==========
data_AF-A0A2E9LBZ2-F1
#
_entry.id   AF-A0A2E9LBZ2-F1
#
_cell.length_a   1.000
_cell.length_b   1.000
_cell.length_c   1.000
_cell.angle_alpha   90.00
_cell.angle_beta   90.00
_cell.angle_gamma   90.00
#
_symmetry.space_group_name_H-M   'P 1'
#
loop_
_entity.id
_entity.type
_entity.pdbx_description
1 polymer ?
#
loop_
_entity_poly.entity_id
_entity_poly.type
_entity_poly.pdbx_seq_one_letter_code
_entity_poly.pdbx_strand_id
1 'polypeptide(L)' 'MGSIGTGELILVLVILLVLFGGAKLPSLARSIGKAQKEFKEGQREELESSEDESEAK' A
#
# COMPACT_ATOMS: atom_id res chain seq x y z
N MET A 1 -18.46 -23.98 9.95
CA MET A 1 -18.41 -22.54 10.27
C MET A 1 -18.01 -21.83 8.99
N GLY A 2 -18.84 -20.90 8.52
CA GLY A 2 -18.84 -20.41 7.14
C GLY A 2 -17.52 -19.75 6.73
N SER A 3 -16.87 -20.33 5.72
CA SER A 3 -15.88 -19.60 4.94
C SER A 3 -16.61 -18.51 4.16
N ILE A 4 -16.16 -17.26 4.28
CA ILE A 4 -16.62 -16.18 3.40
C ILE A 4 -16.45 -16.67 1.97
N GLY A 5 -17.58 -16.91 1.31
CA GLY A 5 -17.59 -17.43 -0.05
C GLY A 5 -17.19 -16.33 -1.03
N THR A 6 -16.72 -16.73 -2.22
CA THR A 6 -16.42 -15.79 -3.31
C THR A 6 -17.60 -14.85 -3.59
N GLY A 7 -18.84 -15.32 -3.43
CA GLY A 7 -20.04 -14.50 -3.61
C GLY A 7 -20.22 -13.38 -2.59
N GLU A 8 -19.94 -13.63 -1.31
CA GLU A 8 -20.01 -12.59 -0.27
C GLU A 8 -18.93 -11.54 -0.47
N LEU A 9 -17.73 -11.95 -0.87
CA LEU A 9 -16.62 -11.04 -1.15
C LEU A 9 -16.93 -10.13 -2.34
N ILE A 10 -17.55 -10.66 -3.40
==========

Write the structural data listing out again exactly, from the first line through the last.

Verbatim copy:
data_AF-A0A2E9LBZ2-F1
#
_entry.id   AF-A0A2E9LBZ2-F1
#
_cell.length_a   1.000
_cell.length_b   1.000
_cell.length_c   1.000
_cell.angle_alpha   90.00
_cell.angle_beta   90.00
_cell.angle_gamma   90.00
#
_symmetry.space_group_name_H-M   'P 1'
#
loop_
_entity.id
_entity.type
_entity.pdbx_description
1 polymer ?
#
loop_
_entity_poly.entity_id
_entity_poly.type
_entity_poly.pdbx_seq_one_letter_code
_entity_poly.pdbx_strand_id
1 'polypeptide(L)' 'MGSIGTGELILVLVILLVLFGGAKLPSLARSIGKAQKEFKEGQREELESSEDESEAK' A
#
# COMPACT_ATOMS: atom_id res chain seq x y z
N MET A 1 -18.46 -23.98 9.95
CA MET A 1 -18.41 -22.54 10.27
C MET A 1 -18.01 -21.83 8.99
N GLY A 2 -18.84 -20.90 8.52
CA GLY A 2 -18.84 -20.41 7.14
C GLY A 2 -17.52 -19.75 6.73
N SER A 3 -16.87 -20.33 5.72
CA SER A 3 -15.88 -19.60 4.94
C SER A 3 -16.61 -18.51 4.16
N ILE A 4 -16.16 -17.26 4.28
CA ILE A 4 -16.62 -16.18 3.40
C ILE A 4 -16.45 -16.67 1.97
N GLY A 5 -17.58 -16.91 1.31
CA GLY A 5 -17.59 -17.43 -0.05
C GLY A 5 -17.19 -16.33 -1.03
N THR A 6 -16.72 -16.73 -2.22
CA THR A 6 -16.42 -15.79 -3.31
C THR A 6 -17.60 -14.85 -3.59
N GLY A 7 -18.84 -15.32 -3.43
CA GLY A 7 -20.04 -14.50 -3.61
C GLY A 7 -20.22 -13.38 -2.59
N GLU A 8 -19.94 -13.63 -1.31
CA GLU A 8 -20.01 -12.59 -0.27
C GLU A 8 -18.93 -11.54 -0.47
N LEU A 9 -17.73 -11.95 -0.87
CA LEU A 9 -16.62 -11.04 -1.15
C LEU A 9 -16.93 -10.13 -2.34
N ILE A 10 -17.55 -10.66 -3.40